Case Study on pneumonia

July 11, 2017 | Author: Larah Mae Andog | Category: Lung, Larynx, Respiratory Tract, Pneumonia, Respiratory System
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I. INTRODUCTION A distinguishing feature of lower airway and pulmonary vessel disorders is the presence of dyspnea. Dyspnea (shortness of breath) is a subjective experience that results when air flow, oxygen exchange, or both are impaired. The sensation of uncomfortable breathing can be as distressing as pain and can lead to severe functional disability. The intensity and frequency of dyspnea as well as its association with specific activities must be assessed to develop realistic expectations of treatment outcomes. Because the experience of dyspnea is associated with much anxiety, nursing interventions to relieve this manifestations are essential to the care of clients with conditions of the lower airways and pulmonary vessels. Pneumonia (pneumonitis) is an inflammatory process in lung parenchyma usually associated with a marked increase in interstitial and alveolar fluid. Advances in antibiotic therapy have led to the perception that pneumonia is no longer a major health problem in the United States. Among all nosocomial infections (hospital acquired), pneumonia is the second most common, but has the highest mortality. Pneumonia can be divided into three groups, which guide management: community acquired, hospital or nursing home acquired (nosocomial), and pneumonia in an immunocompromised person. Complications of pneumonia include pleural effusion, septic shock, pericarditis, bacteremia, meningitis, delirium, atelectasis, and delayed resolution.


II. GENERAL DATA: Name: Ms. M.A.C Address: Ilihan, Toledo City Gender: Female Status: Infant Date of Birth: August 28, 2009 Age: 5 months old Nationality: Filipino Religion: Roman Catholic Father’s Name: Mr. H.C Father’s Occupation: Laborer Mother’s Name: Mrs. M.C Mother’s Occupation: Housewife Chief Compliant: Cough and LBM Date of Admission: February 24, 2010 Time Admitted: 12:50 AM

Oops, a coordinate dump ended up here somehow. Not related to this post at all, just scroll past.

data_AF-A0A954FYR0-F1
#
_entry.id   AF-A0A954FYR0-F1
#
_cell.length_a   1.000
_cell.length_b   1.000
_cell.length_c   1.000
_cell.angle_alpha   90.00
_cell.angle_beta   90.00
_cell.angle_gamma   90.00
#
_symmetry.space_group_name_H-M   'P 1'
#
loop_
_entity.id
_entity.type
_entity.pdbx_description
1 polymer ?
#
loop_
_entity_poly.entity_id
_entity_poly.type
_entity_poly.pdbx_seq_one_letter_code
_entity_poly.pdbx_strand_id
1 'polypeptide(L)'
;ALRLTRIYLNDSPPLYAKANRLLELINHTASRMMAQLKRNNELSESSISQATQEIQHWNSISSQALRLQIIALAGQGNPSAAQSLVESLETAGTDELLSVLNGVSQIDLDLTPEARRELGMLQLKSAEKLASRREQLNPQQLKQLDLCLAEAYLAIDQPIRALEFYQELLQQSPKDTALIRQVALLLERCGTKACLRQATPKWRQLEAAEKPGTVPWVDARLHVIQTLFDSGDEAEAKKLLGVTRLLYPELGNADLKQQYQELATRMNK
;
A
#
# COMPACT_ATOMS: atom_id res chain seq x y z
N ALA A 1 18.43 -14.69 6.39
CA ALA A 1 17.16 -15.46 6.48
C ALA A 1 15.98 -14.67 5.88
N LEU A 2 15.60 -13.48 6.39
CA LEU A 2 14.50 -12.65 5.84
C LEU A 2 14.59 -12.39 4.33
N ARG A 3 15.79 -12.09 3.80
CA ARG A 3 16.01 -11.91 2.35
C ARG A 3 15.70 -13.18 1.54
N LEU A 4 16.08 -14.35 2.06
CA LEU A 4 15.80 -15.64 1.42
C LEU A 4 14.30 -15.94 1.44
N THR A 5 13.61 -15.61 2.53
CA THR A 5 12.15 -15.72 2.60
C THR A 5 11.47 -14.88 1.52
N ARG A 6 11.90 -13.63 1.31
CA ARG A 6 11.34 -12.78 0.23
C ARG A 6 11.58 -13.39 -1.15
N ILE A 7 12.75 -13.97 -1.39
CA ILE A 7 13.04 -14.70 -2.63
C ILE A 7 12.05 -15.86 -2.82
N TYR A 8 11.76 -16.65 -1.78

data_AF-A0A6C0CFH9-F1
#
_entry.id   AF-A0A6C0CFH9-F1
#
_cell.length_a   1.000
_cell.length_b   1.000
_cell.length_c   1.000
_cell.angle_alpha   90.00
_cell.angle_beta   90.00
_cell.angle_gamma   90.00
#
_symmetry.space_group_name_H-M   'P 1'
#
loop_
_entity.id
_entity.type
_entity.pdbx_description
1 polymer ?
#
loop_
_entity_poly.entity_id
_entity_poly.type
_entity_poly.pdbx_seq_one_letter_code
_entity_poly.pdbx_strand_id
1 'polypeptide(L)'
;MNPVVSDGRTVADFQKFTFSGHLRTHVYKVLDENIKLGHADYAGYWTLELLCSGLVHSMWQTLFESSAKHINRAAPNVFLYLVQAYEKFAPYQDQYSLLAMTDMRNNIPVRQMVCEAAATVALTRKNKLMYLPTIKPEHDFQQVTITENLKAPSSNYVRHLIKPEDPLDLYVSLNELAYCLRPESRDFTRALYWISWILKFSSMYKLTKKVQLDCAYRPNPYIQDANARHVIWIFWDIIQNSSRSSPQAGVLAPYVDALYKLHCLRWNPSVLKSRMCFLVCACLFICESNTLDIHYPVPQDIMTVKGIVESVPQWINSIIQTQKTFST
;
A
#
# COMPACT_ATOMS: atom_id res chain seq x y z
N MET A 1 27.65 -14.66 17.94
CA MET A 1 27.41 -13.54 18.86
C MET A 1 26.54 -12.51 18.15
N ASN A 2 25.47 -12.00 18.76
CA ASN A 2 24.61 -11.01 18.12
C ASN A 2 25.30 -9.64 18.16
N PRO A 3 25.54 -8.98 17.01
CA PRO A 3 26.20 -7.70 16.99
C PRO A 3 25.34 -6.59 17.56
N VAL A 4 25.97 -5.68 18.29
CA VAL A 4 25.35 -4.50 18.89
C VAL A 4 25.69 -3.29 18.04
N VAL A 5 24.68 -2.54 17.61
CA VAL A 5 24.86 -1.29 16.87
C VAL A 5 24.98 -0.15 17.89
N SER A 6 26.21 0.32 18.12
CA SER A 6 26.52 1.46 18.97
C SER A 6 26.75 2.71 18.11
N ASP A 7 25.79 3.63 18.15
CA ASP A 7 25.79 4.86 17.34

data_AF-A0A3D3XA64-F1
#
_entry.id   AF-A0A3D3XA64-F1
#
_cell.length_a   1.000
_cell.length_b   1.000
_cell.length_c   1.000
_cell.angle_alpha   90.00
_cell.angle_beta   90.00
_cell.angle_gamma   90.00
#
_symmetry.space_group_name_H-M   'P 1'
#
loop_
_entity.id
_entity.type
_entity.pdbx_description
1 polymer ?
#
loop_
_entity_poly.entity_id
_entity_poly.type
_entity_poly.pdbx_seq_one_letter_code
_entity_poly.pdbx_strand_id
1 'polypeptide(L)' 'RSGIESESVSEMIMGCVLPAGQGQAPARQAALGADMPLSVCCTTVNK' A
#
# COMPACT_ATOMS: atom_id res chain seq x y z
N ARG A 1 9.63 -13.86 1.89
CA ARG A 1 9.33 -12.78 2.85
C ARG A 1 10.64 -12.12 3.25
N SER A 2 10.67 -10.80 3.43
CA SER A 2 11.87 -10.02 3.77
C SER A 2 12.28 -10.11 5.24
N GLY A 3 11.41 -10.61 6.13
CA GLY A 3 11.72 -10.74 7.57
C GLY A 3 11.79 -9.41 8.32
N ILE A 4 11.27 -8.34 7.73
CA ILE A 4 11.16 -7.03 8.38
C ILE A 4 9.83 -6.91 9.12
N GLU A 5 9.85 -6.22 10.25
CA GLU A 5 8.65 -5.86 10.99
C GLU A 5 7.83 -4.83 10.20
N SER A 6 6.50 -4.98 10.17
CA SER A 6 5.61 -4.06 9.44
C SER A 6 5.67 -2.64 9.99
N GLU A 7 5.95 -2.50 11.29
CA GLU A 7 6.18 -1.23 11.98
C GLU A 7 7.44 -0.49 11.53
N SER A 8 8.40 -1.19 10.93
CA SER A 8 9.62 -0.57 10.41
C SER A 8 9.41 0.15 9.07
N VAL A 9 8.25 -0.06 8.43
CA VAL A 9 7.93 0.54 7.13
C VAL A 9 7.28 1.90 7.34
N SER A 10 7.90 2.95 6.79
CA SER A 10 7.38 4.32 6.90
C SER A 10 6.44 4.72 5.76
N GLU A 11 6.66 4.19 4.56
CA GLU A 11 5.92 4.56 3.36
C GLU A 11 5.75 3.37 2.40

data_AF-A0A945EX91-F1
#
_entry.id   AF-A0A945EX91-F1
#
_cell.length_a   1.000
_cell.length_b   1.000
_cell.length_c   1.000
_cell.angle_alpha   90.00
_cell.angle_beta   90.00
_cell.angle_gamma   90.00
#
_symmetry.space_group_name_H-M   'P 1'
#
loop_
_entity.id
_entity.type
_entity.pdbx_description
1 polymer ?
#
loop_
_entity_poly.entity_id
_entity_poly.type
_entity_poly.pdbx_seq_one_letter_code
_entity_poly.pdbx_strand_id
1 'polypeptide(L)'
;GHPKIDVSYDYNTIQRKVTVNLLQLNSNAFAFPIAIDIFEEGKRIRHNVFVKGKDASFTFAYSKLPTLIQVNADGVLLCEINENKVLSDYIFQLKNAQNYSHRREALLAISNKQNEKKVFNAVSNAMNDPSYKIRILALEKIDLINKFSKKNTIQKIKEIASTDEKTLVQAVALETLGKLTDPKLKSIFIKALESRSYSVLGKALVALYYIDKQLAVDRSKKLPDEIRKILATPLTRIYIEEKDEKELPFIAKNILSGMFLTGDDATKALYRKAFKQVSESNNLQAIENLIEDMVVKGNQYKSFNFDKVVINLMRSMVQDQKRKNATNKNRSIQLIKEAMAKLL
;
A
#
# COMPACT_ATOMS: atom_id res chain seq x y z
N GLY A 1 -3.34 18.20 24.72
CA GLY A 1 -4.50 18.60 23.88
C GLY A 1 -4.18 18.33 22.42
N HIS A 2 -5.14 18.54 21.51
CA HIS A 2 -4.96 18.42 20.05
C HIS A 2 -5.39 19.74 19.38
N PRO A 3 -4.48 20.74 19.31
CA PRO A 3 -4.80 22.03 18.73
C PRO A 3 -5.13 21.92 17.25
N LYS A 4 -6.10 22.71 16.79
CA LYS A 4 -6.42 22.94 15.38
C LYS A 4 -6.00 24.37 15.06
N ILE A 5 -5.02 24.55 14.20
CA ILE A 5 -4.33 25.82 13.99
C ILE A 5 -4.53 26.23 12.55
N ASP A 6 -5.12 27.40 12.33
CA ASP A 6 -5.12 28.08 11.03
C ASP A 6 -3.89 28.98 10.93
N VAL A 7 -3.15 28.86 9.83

Room Number: BB Admitting Diagnosis: Pneumonia, AGE with no Dehydration Physician: Dr. Egbert Ian Echavez III. HISTORY OF PRESENT CONDITION / ILLNESS The patient’s mother claims that her baby experienced cough for three days. According to the patient’s mother her child also experienced four episodes of LBM for one day and two episodes of vomiting prior to admission. The patient’s mother also claims that the night prior to admission, her child cries after every cough and felt that her child is hot to touch, which she concluded that her child has fever. With this situation, she was alarmed and decided to go to the hospital for her child to be checked upon. IV. PAST HEALTH HISTORY The patient’s mother claims that this is the first time her child was admitted in the hospital due to a serious condition. She also mentioned that whenever her child experiences mild fever and colds, she buys over the counter medications and uses herbal plants to alleviate the patient’s condition. According to her, her child doesn’t have any known allergy to any kind of food or drug. V. NURSING REVIEW OF SYSTEMS Nutrition – Metabolic Pattern